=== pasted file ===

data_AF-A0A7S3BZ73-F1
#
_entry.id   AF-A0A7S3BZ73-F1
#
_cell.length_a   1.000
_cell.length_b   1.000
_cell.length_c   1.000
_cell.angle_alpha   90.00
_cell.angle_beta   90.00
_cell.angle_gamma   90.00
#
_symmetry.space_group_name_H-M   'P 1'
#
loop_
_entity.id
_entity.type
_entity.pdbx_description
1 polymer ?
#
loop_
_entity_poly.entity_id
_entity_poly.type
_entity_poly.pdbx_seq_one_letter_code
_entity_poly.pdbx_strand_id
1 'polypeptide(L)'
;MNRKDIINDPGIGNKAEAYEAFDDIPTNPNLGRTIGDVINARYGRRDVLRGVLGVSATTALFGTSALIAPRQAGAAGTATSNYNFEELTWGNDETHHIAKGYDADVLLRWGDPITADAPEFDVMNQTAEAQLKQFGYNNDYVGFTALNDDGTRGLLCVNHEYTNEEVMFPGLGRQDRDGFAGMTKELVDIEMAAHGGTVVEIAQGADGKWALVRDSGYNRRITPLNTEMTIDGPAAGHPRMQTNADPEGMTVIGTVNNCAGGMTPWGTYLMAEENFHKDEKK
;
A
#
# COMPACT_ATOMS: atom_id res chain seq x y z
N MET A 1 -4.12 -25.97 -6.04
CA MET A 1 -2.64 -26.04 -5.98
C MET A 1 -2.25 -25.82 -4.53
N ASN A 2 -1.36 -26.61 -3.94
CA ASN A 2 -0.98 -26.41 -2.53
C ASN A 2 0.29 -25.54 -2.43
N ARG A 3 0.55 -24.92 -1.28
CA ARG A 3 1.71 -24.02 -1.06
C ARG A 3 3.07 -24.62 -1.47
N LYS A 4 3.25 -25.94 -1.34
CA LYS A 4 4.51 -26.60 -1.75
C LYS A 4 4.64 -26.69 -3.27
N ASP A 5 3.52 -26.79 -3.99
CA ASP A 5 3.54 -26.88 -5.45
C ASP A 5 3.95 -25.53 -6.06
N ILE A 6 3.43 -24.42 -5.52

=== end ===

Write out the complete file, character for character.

data_AF-A0A7S3BZ73-F1
#
_entry.id   AF-A0A7S3BZ73-F1
#
_cell.length_a   1.000
_cell.length_b   1.000
_cell.length_c   1.000
_cell.angle_alpha   90.00
_cell.angle_beta   90.00
_cell.angle_gamma   90.00
#
_symmetry.space_group_name_H-M   'P 1'
#
loop_
_entity.id
_entity.type
_entity.pdbx_description
1 polymer ?
#
loop_
_entity_poly.entity_id
_entity_poly.type
_entity_poly.pdbx_seq_one_letter_code
_entity_poly.pdbx_strand_id
1 'polypeptide(L)'
;MNRKDIINDPGIGNKAEAYEAFDDIPTNPNLGRTIGDVINARYGRRDVLRGVLGVSATTALFGTSALIAPRQAGAAGTATSNYNFEELTWGNDETHHIAKGYDADVLLRWGDPITADAPEFDVMNQTAEAQLKQFGYNNDYVGFTALNDDGTRGLLCVNHEYTNEEVMFPGLGRQDRDGFAGMTKELVDIEMAAHGGTVVEIAQGADGKWALVRDSGYNRRITPLNTEMTIDGPAAGHPRMQTNADPEGMTVIGTVNNCAGGMTPWGTYLMAEENFHKDEKK
;
A
#
# COMPACT_ATOMS: atom_id res chain seq x y z
N MET A 1 -4.12 -25.97 -6.04
CA MET A 1 -2.64 -26.04 -5.98
C MET A 1 -2.25 -25.82 -4.53
N ASN A 2 -1.36 -26.61 -3.94
CA ASN A 2 -0.98 -26.41 -2.53
C ASN A 2 0.29 -25.54 -2.43
N ARG A 3 0.55 -24.92 -1.28
CA ARG A 3 1.71 -24.02 -1.06
C ARG A 3 3.07 -24.62 -1.47
N LYS A 4 3.25 -25.94 -1.34
CA LYS A 4 4.51 -26.60 -1.75
C LYS A 4 4.64 -26.69 -3.27
N ASP A 5 3.52 -26.79 -3.99
CA ASP A 5 3.54 -26.88 -5.45
C ASP A 5 3.95 -25.53 -6.06
N ILE A 6 3.43 -24.42 -5.52